Planning a successful wedding can be a lot of work and very few people can cope with attending to it all themselves. If you can afford a wedding planner, most of the details will automatically be dealt with. However, if your budget requires you to do the majority of the event planning yourself, learn to delegate.

Most people are willing to help and are enthusiastic to do so, so use your resources. If your Aunt Gertrude is good at flower arranging, ask her if she would like to help with the bouquets. Perhaps your mom has a flair for crafts and can help design the invitations and table decor. Try to delegate tasks in accordance with the strong points of each individual in mind. You might be surprised at how enthusiastic everyone around you is and most will find it a compliment to be included.

Once you have delegated the various tasks, trust your team members to continue with their projects. They may require some input from you, but let them do the work; that is why you asked them to help in the first place, is it not?

The Day Before The Big Day

If at all possible, this is the day to take easy. By now everything should be sorted and everyone involved in the planning should know exactly what they need to do during the hours before the wedding, leaving you with (hopefully) nothing to do. This is the day to relax so that you can be fully refreshed for your wedding.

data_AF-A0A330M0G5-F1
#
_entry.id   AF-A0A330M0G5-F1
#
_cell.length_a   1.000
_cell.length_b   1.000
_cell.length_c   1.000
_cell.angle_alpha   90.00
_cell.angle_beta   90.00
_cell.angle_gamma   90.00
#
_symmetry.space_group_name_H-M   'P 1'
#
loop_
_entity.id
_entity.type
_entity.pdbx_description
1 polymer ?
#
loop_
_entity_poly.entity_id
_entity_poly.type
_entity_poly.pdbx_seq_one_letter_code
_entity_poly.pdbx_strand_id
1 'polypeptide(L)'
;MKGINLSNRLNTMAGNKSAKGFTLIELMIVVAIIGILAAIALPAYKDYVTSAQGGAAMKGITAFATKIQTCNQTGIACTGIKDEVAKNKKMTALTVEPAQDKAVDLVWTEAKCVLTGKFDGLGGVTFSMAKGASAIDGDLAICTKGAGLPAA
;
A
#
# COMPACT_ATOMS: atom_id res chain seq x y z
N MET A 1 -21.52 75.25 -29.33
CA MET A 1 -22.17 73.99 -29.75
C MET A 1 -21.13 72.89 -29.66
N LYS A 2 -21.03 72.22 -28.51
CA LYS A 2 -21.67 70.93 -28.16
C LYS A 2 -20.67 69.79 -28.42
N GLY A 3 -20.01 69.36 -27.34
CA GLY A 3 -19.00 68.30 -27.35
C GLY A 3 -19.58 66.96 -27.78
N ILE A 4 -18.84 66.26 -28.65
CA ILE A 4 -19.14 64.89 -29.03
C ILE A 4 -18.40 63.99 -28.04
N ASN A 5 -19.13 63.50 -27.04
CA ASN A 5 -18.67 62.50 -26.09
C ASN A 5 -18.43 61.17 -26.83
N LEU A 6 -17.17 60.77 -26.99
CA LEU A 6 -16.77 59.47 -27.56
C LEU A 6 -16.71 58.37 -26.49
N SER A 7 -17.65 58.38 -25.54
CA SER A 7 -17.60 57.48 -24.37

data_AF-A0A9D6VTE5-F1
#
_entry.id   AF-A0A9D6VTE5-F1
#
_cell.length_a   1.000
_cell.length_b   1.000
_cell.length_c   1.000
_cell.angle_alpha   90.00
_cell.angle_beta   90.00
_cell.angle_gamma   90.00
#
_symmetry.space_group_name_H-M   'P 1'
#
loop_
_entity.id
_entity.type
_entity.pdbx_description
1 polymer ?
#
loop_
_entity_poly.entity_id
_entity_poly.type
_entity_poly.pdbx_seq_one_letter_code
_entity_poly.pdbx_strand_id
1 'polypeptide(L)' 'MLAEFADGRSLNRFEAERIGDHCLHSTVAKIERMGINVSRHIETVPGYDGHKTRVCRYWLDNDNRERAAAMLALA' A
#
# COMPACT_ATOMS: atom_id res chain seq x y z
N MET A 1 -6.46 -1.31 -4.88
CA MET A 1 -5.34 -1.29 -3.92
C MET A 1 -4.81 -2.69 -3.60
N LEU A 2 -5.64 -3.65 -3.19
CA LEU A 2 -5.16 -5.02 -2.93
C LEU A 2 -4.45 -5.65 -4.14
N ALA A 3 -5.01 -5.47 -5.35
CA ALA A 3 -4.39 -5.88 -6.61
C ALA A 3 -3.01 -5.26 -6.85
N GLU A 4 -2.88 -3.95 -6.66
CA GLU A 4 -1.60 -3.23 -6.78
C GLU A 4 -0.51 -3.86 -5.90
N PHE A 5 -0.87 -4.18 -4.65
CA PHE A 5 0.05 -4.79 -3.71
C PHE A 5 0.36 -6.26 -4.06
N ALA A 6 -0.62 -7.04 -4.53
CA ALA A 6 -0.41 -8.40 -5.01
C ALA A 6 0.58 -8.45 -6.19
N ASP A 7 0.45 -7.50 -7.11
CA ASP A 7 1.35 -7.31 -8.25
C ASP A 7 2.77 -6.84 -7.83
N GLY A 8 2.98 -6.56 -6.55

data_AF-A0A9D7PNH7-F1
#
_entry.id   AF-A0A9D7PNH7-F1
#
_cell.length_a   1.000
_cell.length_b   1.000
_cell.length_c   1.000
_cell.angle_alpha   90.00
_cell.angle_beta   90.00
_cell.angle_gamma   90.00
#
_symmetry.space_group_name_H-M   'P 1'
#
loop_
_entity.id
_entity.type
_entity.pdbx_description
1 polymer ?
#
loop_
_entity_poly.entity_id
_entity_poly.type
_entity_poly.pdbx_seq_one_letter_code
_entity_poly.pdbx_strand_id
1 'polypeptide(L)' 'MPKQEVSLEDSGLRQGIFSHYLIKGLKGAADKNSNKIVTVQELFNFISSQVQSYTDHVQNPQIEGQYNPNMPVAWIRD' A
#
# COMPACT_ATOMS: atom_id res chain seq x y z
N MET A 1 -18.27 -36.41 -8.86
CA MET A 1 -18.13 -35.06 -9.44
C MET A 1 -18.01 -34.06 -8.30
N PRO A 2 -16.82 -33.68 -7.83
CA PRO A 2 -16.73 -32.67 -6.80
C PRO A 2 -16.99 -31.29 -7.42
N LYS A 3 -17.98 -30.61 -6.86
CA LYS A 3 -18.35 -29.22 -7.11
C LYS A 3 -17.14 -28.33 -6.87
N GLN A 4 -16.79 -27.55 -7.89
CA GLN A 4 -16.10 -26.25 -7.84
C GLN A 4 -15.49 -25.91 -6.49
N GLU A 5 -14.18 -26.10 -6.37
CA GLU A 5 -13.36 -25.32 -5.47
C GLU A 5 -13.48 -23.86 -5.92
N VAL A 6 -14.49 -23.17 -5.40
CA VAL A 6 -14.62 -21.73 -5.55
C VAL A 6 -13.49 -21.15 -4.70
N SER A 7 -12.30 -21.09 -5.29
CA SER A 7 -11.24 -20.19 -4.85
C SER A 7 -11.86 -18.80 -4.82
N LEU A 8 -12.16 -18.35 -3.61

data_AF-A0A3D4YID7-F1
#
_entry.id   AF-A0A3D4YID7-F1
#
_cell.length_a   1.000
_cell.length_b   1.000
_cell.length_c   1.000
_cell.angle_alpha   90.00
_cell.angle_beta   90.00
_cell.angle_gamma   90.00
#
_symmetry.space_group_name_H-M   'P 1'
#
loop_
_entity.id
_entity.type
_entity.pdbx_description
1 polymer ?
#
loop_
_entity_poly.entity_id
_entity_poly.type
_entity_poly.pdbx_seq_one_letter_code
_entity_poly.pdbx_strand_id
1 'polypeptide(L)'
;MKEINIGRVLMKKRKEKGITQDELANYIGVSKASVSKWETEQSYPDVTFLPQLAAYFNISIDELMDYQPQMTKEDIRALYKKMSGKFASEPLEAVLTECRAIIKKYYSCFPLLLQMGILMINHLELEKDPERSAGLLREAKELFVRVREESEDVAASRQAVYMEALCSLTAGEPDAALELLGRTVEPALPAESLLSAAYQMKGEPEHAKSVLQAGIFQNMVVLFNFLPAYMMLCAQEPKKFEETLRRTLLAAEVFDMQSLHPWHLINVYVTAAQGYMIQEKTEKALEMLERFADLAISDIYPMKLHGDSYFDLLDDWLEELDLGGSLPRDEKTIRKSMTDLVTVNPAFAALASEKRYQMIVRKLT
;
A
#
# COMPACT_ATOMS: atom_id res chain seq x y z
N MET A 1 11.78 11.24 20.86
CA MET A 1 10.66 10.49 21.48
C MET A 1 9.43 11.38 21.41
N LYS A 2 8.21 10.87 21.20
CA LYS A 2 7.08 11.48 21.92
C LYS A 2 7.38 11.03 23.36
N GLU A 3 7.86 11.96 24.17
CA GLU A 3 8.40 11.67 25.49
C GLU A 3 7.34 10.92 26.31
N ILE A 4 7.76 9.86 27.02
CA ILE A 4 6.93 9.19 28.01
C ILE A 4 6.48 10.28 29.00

Try to get a good night’s sleep. We all know that wedding excitement and jitters might make that a little difficult, but this night is not the right night for that Bachelorette Party. You don’t want to wake up with a hangover and bags under your eyes. You want to enjoy your wedding day to the fullest extent possible. It’s going to be a long one!

Another reason to have bachelor and bacholerette parties more than one day before the wedding is because alcohol-fuelled pranks can go wrong and leave you in a difficult predicament. My favourite example is the story my parents tell me of the groom who, after a hard night of partying, woke up on the morning of his wedding on a long distant train, well on his way to a distant city.

When Things Go Wrong

It is almost inevitable that something will go wrong during the planning stage of your wedding or even on your wedding day itself. We all know that these stories are cause of much mirth and amusement later on, but can be very stressful at the time. Therefore, your attitude towards mishaps is crucial in your having a good day. Accept that something will go wrong and deal with it when it does. Your good attitude towards the glitch will help smooth it over.

Planning a successful wedding can be an extremely satisfying and enjoyable project and those around you will want to make your day as perfect and memorable as possible. We wish you every success in your wedding plans, and of course, in your marriage.